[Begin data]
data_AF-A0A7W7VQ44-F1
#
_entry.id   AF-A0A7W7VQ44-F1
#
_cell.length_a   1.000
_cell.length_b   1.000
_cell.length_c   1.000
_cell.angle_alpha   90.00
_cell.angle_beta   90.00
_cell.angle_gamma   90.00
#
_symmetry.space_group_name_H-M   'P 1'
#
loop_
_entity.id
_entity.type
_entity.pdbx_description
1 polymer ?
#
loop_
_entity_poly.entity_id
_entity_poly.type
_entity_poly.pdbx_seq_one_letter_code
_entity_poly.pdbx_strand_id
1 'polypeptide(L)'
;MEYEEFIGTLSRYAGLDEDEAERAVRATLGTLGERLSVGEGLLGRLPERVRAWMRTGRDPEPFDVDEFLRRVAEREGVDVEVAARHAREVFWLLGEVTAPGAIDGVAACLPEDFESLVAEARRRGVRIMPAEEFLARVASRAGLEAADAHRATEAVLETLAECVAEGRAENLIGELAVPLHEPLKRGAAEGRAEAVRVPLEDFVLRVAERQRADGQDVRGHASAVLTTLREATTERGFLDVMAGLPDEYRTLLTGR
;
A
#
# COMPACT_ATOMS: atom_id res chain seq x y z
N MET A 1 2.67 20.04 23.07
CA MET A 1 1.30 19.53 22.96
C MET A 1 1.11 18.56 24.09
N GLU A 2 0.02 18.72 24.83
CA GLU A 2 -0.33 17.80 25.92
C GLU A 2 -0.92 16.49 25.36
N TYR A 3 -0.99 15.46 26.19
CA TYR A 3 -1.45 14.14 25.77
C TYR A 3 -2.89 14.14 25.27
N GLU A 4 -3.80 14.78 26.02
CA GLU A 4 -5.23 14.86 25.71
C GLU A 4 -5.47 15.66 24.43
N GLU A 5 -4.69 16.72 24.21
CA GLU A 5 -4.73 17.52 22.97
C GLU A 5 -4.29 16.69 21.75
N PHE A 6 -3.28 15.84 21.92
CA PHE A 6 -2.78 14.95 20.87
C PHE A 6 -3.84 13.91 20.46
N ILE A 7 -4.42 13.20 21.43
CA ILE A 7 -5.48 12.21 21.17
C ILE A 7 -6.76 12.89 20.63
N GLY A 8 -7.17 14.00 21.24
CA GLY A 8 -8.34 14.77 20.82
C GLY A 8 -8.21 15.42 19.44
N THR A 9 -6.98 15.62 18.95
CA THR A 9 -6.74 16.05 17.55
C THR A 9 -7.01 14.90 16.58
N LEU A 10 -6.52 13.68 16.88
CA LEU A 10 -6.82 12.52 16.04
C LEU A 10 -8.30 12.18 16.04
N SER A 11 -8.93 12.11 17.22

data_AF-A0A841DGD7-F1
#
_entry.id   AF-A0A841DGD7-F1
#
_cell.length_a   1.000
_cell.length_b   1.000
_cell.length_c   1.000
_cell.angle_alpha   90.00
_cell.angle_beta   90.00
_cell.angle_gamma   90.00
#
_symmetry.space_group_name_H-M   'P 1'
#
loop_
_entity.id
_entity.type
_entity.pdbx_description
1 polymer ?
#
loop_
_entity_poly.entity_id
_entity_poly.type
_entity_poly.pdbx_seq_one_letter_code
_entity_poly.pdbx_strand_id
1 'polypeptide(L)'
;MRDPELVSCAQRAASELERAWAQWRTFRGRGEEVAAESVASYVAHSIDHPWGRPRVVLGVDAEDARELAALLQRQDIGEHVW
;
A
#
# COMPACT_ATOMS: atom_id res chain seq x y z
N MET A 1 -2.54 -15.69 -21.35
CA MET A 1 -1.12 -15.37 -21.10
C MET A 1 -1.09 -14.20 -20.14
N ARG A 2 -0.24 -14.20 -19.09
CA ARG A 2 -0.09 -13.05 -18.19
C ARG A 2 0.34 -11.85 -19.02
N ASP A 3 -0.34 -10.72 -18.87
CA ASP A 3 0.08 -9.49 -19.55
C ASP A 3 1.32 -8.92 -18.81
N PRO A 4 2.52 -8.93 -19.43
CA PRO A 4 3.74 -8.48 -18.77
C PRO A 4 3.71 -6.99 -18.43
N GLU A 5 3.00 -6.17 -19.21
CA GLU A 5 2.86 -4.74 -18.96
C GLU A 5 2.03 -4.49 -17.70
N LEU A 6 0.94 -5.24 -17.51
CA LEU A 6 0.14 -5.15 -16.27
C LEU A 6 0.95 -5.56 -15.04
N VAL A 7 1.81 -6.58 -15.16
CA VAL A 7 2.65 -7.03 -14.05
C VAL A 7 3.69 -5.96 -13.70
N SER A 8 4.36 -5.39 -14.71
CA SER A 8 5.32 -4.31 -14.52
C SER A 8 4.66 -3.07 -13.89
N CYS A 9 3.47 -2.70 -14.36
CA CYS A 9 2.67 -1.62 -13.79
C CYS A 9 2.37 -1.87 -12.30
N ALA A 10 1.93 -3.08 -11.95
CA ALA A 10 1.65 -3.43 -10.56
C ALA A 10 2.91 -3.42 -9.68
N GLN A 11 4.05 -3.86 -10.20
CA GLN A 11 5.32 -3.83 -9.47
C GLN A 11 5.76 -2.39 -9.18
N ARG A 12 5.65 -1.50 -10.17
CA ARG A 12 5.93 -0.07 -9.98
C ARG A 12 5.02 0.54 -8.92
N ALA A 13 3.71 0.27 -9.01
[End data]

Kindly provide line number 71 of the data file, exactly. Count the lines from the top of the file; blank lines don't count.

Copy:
_cell.angle_gamma   90.00